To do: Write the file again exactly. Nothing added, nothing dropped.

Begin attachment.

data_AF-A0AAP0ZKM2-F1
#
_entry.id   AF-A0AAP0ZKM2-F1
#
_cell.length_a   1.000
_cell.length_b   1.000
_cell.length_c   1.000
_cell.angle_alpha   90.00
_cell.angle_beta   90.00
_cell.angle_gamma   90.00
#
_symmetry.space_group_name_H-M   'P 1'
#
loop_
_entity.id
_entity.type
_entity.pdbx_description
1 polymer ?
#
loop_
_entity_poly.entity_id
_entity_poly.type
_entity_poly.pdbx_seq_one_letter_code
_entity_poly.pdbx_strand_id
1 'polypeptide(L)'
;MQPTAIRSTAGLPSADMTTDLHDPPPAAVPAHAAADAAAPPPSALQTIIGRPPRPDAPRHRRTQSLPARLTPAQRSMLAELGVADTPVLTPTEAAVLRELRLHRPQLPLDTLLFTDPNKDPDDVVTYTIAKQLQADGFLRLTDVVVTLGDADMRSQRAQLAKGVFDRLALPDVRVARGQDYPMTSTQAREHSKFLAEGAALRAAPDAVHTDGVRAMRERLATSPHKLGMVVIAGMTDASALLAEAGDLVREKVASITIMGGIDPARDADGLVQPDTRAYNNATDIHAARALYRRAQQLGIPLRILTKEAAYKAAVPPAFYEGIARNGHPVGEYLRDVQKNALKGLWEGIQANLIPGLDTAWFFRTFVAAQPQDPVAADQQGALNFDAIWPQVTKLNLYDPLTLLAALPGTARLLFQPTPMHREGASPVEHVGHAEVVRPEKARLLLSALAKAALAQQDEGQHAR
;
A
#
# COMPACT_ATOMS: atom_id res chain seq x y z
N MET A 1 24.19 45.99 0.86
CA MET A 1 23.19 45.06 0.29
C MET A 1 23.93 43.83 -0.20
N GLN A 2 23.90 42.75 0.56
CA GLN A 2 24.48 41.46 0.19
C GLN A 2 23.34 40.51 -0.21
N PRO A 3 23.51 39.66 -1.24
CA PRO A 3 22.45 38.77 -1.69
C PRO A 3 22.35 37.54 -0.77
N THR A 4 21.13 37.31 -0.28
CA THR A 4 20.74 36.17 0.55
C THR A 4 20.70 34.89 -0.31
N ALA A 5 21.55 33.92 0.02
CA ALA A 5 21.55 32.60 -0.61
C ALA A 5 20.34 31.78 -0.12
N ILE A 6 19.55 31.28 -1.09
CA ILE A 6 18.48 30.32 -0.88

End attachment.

data_AF-A0AAP0ZKM2-F1
#
_entry.id   AF-A0AAP0ZKM2-F1
#
_cell.length_a   1.000
_cell.length_b   1.000
_cell.length_c   1.000
_cell.angle_alpha   90.00
_cell.angle_beta   90.00
_cell.angle_gamma   90.00
#
_symmetry.space_group_name_H-M   'P 1'
#
loop_
_entity.id
_entity.type
_entity.pdbx_description
1 polymer ?
#
loop_
_entity_poly.entity_id
_entity_poly.type
_entity_poly.pdbx_seq_one_letter_code
_entity_poly.pdbx_strand_id
1 'polypeptide(L)'
;MQPTAIRSTAGLPSADMTTDLHDPPPAAVPAHAAADAAAPPPSALQTIIGRPPRPDAPRHRRTQSLPARLTPAQRSMLAELGVADTPVLTPTEAAVLRELRLHRPQLPLDTLLFTDPNKDPDDVVTYTIAKQLQADGFLRLTDVVVTLGDADMRSQRAQLAKGVFDRLALPDVRVARGQDYPMTSTQAREHSKFLAEGAALRAAPDAVHTDGVRAMRERLATSPHKLGMVVIAGMTDASALLAEAGDLVREKVASITIMGGIDPARDADGLVQPDTRAYNNATDIHAARALYRRAQQLGIPLRILTKEAAYKAAVPPAFYEGIARNGHPVGEYLRDVQKNALKGLWEGIQANLIPGLDTAWFFRTFVAAQPQDPVAADQQGALNFDAIWPQVTKLNLYDPLTLLAALPGTARLLFQPTPMHREGASPVEHVGHAEVVRPEKARLLLSALAKAALAQQDEGQHAR
;
A
#
# COMPACT_ATOMS: atom_id res chain seq x y z
N MET A 1 24.19 45.99 0.86
CA MET A 1 23.19 45.06 0.29
C MET A 1 23.93 43.83 -0.20
N GLN A 2 23.90 42.75 0.56
CA GLN A 2 24.48 41.46 0.19
C GLN A 2 23.34 40.51 -0.21
N PRO A 3 23.51 39.66 -1.24
CA PRO A 3 22.45 38.77 -1.69
C PRO A 3 22.35 37.54 -0.77
N THR A 4 21.13 37.31 -0.28
CA THR A 4 20.74 36.17 0.55
C THR A 4 20.70 34.89 -0.31
N ALA A 5 21.55 33.92 0.02
CA ALA A 5 21.55 32.60 -0.61
C ALA A 5 20.34 31.78 -0.12
N ILE A 6 19.55 31.28 -1.09
CA ILE A 6 18.48 30.32 -0.88